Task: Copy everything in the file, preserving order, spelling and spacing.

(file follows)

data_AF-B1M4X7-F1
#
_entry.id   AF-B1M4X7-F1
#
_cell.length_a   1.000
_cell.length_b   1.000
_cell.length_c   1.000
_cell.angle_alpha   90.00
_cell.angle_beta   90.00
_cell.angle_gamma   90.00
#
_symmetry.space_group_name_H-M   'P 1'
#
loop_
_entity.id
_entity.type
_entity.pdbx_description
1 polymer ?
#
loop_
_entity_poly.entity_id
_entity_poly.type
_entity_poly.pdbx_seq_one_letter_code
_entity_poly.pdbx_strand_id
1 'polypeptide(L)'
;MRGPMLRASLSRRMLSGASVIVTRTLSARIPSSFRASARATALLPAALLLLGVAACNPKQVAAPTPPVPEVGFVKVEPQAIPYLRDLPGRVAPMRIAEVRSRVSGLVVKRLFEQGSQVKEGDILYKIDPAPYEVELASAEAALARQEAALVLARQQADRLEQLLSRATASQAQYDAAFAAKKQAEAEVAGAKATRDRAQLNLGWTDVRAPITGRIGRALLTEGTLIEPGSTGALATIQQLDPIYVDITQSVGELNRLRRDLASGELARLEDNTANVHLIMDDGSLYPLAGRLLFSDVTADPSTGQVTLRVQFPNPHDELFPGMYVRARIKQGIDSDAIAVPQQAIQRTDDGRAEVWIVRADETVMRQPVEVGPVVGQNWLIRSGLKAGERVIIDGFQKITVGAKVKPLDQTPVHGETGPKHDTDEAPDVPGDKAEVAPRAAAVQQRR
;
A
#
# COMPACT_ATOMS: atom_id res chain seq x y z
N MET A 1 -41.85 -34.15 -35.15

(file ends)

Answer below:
data_AF-B1M4X7-F1
#
_entry.id   AF-B1M4X7-F1
#
_cell.length_a   1.000
_cell.length_b   1.000
_cell.length_c   1.000
_cell.angle_alpha   90.00
_cell.angle_beta   90.00
_cell.angle_gamma   90.00
#
_symmetry.space_group_name_H-M   'P 1'
#
loop_
_entity.id
_entity.type
_entity.pdbx_description
1 polymer ?
#
loop_
_entity_poly.entity_id
_entity_poly.type
_entity_poly.pdbx_seq_one_letter_code
_entity_poly.pdbx_strand_id
1 'polypeptide(L)'
;MRGPMLRASLSRRMLSGASVIVTRTLSARIPSSFRASARATALLPAALLLLGVAACNPKQVAAPTPPVPEVGFVKVEPQAIPYLRDLPGRVAPMRIAEVRSRVSGLVVKRLFEQGSQVKEGDILYKIDPAPYEVELASAEAALARQEAALVLARQQADRLEQLLSRATASQAQYDAAFAAKKQAEAEVAGAKATRDRAQLNLGWTDVRAPITGRIGRALLTEGTLIEPGSTGALATIQQLDPIYVDITQSVGELNRLRRDLASGELARLEDNTANVHLIMDDGSLYPLAGRLLFSDVTADPSTGQVTLRVQFPNPHDELFPGMYVRARIKQGIDSDAIAVPQQAIQRTDDGRAEVWIVRADETVMRQPVEVGPVVGQNWLIRSGLKAGERVIIDGFQKITVGAKVKPLDQTPVHGETGPKHDTDEAPDVPGDKAEVAPRAAAVQQRR
;
A
#
# COMPACT_ATOMS: atom_id res chain seq x y z
N MET A 1 -41.85 -34.15 -35.15